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A letter from Maputo

It’s early July and I’m back in Maputo, Mozambique, looking over the calm sea at the boats that fish the waters for the seafood that makes visiting this part of Africa such a treat. The sunset here is a delicate combination of pale turquoise, light grey, and warm pink. Coming from the Finnish summer, where we have 18 hours of light in Helsinki, it comes as surprise when the sun sets at around 6:00 pm in the southern African winter. 

I’m inevitably drawn back to my first visits in the early 1990s, as Mozambique started its journey down the road to peace – after years of war. Then the city was busy with UN peacekeepers, diplomats engaged in urgent discussions with both sides to the conflict, NGOs assisting refugees communities damaged by war, and aid donors busy helping the government to plan and implement the war-to-peace transition. I was travelling in and out of Maputo during those years to work with a team in the Poverty Unit of the Ministry for Planning and Development. With little data available, and a fluid situation as the millions displaced by war returned to rebuild their lives, the Poverty Unit wrote the country’s first post-war poverty reduction strategy. It was one of the most personally satisfying projects that I’ve worked on in Africa.

I’ve returned a few times over the last 25 years to Mozambique, but not as often as I would like. Now I’m back in Maputo for the WIDER Development Conference, Public economics for development, as well as our event in collaboration with the Embassy of Finland, the Ministry of Economy and Finance of Mozambique, and the Tax Authority of Mozambique: Taxation and development: What can we learn from the Finnish experience in honour of Finland’s 100th anniversary of independence.

The three days have been packed with intense debate on taxation, public spending, social protection, and many other dimensions of public economics – with researchers, policymakers, and practitioners from Mozambique and across Africa and beyond. Afterall the UNU-WIDER network stretches into Asia and Latin America too, and many participants travelled a long way to be with us to share their knowledge and experience. We are looking forward to bringing you more news of these events on our blog, and you can find a wide range of materials, including papers, on the event pages above.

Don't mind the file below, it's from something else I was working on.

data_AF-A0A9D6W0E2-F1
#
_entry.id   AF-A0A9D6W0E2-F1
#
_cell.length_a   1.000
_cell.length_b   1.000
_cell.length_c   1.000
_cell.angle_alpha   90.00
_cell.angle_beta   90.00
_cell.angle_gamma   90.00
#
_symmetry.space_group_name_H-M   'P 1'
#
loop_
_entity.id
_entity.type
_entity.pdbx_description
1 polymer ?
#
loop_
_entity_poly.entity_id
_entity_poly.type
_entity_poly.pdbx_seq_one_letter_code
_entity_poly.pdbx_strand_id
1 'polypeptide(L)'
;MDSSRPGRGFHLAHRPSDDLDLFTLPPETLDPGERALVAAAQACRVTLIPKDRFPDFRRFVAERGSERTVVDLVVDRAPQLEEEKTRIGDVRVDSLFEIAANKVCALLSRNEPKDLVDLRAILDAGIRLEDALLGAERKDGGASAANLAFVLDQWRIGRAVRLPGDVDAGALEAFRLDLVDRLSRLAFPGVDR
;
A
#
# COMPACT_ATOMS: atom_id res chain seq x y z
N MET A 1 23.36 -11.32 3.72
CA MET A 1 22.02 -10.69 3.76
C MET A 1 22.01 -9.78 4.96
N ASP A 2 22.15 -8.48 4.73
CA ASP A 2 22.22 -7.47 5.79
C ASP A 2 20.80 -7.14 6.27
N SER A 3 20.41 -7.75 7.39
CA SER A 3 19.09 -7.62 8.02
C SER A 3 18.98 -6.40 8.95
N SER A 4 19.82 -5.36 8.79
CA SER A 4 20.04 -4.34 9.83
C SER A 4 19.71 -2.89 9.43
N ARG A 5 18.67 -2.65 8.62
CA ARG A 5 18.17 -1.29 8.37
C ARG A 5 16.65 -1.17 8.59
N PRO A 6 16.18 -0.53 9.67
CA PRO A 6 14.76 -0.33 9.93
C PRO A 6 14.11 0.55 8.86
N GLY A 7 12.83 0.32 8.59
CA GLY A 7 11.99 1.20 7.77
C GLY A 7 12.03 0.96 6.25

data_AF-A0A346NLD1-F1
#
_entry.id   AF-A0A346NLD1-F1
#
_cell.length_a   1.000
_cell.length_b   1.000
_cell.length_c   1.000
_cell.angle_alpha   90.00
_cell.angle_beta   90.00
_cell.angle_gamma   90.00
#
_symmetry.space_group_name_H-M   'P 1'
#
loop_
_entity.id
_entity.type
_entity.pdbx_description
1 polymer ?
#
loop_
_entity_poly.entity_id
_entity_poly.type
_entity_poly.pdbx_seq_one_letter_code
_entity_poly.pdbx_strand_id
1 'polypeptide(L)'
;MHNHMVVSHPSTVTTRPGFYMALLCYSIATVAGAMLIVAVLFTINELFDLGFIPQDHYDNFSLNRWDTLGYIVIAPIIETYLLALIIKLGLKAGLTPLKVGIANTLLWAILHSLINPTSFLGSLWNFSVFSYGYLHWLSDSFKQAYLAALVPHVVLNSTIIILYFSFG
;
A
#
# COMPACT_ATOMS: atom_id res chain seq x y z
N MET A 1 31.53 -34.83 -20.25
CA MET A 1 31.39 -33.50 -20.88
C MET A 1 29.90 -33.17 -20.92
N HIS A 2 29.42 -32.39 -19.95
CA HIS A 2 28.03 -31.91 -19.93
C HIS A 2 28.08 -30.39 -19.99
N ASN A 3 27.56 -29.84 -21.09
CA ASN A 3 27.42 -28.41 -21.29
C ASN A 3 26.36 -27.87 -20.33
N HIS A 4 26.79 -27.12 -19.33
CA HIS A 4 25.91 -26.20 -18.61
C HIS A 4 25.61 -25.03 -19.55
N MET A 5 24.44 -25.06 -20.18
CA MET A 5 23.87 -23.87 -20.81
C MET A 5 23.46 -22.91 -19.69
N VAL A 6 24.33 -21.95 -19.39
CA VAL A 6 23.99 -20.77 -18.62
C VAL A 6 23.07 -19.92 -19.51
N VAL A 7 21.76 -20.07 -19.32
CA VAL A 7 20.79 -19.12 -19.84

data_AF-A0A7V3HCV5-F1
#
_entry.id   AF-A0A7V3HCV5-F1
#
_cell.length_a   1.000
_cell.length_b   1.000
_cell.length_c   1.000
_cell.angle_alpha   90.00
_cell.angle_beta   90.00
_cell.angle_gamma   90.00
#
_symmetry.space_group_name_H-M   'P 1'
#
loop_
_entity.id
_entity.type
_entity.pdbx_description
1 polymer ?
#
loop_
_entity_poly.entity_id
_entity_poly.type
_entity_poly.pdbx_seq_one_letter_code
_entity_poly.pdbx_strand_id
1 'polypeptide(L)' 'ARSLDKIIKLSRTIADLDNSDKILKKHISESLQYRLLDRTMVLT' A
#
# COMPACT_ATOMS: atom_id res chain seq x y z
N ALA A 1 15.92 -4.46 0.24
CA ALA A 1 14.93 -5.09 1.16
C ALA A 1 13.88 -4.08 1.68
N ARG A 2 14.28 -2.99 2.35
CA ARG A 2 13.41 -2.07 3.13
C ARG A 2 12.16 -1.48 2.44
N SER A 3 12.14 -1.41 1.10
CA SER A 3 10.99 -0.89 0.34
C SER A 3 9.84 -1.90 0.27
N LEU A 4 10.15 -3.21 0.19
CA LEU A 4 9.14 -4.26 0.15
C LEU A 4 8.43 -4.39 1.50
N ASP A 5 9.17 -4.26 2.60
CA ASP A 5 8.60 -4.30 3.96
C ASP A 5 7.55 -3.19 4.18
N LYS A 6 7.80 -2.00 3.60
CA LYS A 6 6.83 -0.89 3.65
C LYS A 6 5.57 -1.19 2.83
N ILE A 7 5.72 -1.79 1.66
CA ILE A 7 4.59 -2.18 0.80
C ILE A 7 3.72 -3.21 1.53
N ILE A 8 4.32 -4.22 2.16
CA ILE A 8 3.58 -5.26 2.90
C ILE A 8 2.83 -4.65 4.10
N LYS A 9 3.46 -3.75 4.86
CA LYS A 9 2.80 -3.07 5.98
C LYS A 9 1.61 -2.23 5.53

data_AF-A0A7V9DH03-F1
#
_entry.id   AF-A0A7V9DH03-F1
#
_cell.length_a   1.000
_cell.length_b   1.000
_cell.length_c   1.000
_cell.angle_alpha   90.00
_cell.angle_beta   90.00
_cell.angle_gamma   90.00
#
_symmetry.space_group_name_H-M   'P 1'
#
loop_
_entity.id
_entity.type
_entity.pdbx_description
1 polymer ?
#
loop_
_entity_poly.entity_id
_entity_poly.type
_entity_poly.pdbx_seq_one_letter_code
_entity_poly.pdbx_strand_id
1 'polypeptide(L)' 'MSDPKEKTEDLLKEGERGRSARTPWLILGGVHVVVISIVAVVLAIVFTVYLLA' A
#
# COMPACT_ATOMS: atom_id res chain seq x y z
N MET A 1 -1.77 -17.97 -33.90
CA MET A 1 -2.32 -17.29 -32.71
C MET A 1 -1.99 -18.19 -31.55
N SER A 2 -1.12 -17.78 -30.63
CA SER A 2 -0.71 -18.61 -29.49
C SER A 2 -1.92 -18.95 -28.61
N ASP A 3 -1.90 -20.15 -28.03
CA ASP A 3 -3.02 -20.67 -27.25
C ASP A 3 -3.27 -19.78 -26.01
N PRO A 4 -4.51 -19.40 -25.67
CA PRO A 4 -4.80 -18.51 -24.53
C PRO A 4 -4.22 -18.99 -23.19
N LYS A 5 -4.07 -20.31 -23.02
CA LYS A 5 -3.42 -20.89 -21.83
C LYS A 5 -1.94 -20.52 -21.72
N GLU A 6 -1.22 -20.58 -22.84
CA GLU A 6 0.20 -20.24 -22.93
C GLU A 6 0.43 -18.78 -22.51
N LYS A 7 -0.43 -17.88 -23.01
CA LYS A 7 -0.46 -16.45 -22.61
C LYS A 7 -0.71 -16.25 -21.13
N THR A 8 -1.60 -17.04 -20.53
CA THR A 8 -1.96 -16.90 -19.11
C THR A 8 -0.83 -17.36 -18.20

Immediately prior to our events in Maputo, UNU-WIDER colleagues and I participated in a winter school (though it felt warm enough for a Nordic summer) for graduate students – who were a delight to meet  – organized by the GTAC project on behalf of South Africa’s National Treasury and held at the University of Pretoria. There I talked about our work on the Extractives for development project. It’s a topic of great relevance for the southern Africa region, given its rich mineral wealth. Mozambique in particular faces the challenge of managing larger future revenues from its offshore gas fields, which will come into production over the next few years. Resource-rich countries can run into many difficulties and the slump in oil and gas prices over the last few years has highlighted the importance of being prepared for the roller-coaster ride that commodity prices can take. The slump also points to the consequences for producers as international action on climate change takes effect, and as the world moves from fossil fuels to renewables. It seems solar power is already especially relevant for the region.  

From southern Africa to western Africa, I’m now looking forward to being in Accra in early October for the next WIDER Development Conference, Migration and mobility. It will be great to see many old friends from Ghana and from the UNU-WIDER network, and meet many new friends as well. In the meantime, you can keep up to date on our many activities by following us on Facebook and Twitter
 

Tony Addison is Chief Economist/Deputy Director at UNU-WIDER. Follow him on Twitter @TonysAngle.

The views expressed in this piece are those of the author(s), and do not necessarily reflect the views of the Institute or the United Nations University, nor the programme/project donors.

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